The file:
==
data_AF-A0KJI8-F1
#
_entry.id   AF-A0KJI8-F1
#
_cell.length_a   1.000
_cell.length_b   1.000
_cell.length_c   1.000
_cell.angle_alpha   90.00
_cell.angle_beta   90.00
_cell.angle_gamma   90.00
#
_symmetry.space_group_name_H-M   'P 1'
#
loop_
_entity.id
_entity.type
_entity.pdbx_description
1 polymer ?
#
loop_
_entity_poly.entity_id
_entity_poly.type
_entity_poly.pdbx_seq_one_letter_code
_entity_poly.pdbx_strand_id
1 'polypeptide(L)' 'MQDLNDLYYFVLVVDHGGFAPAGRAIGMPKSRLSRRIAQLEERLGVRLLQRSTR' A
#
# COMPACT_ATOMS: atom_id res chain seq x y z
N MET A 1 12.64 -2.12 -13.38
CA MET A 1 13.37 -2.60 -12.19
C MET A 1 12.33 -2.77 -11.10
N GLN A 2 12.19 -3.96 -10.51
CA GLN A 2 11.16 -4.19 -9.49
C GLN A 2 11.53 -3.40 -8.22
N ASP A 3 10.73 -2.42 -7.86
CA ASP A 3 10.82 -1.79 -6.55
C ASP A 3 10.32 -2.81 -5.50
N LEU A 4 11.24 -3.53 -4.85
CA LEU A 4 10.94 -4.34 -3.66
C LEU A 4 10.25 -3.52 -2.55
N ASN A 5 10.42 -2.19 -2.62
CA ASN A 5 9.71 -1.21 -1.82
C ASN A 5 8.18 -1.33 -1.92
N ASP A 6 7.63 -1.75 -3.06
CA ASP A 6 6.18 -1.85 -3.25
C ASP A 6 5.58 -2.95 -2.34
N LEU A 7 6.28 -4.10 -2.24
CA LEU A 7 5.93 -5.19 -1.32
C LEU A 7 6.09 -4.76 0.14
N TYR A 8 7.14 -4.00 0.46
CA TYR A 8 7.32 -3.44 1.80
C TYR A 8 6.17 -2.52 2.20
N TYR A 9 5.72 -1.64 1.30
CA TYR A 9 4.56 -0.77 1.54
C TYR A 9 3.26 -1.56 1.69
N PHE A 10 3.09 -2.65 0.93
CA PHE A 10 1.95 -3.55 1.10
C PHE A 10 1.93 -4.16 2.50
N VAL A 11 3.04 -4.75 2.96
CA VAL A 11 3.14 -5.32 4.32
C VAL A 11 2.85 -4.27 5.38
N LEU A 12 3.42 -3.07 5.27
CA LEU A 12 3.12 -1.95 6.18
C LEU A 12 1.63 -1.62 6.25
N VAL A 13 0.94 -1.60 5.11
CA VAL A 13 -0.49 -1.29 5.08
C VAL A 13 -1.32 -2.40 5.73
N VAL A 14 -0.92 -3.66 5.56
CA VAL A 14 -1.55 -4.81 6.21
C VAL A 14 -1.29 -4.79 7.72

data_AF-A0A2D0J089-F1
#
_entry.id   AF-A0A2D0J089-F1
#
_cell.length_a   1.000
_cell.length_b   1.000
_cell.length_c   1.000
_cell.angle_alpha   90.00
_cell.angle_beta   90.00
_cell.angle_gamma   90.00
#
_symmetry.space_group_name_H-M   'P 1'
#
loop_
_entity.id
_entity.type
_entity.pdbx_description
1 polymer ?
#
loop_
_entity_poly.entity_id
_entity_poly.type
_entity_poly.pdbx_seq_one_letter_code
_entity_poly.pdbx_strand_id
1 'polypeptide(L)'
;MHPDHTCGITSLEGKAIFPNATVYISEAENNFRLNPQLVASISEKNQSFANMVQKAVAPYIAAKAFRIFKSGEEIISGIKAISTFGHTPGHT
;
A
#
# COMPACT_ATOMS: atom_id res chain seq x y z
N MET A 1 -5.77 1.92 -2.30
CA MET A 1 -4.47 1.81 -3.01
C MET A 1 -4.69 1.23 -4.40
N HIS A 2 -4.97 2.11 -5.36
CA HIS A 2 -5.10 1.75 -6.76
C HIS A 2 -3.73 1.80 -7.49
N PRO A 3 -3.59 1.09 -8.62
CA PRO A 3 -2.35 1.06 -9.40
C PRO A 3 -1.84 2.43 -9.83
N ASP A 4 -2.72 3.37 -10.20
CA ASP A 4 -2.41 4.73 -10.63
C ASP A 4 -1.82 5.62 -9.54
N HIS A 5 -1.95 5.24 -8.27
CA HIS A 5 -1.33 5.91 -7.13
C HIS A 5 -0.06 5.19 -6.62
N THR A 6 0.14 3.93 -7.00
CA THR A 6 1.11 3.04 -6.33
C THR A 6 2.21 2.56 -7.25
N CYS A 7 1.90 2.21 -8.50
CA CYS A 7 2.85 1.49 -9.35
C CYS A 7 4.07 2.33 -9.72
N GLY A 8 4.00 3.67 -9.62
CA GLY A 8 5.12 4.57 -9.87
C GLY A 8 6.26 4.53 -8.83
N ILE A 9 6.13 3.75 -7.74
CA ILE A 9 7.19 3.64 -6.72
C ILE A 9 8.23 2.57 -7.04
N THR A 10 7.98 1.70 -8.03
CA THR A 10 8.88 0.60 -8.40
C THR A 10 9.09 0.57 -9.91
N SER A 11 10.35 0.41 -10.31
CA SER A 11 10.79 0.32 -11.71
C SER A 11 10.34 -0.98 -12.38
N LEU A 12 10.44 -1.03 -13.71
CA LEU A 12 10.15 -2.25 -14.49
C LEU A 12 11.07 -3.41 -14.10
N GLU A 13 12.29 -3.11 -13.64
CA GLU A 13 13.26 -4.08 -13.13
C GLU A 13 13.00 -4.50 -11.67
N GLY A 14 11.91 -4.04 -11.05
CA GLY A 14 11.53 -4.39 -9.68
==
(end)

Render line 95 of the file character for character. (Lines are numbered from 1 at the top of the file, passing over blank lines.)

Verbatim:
;MHPDHTCGITSLEGKAIFPNATVYISEAENNFRLNPQLVASISEKNQSFANMVQKAVAPYIAAKAFRIFKSGEEIISGIKAISTFGHTPGHT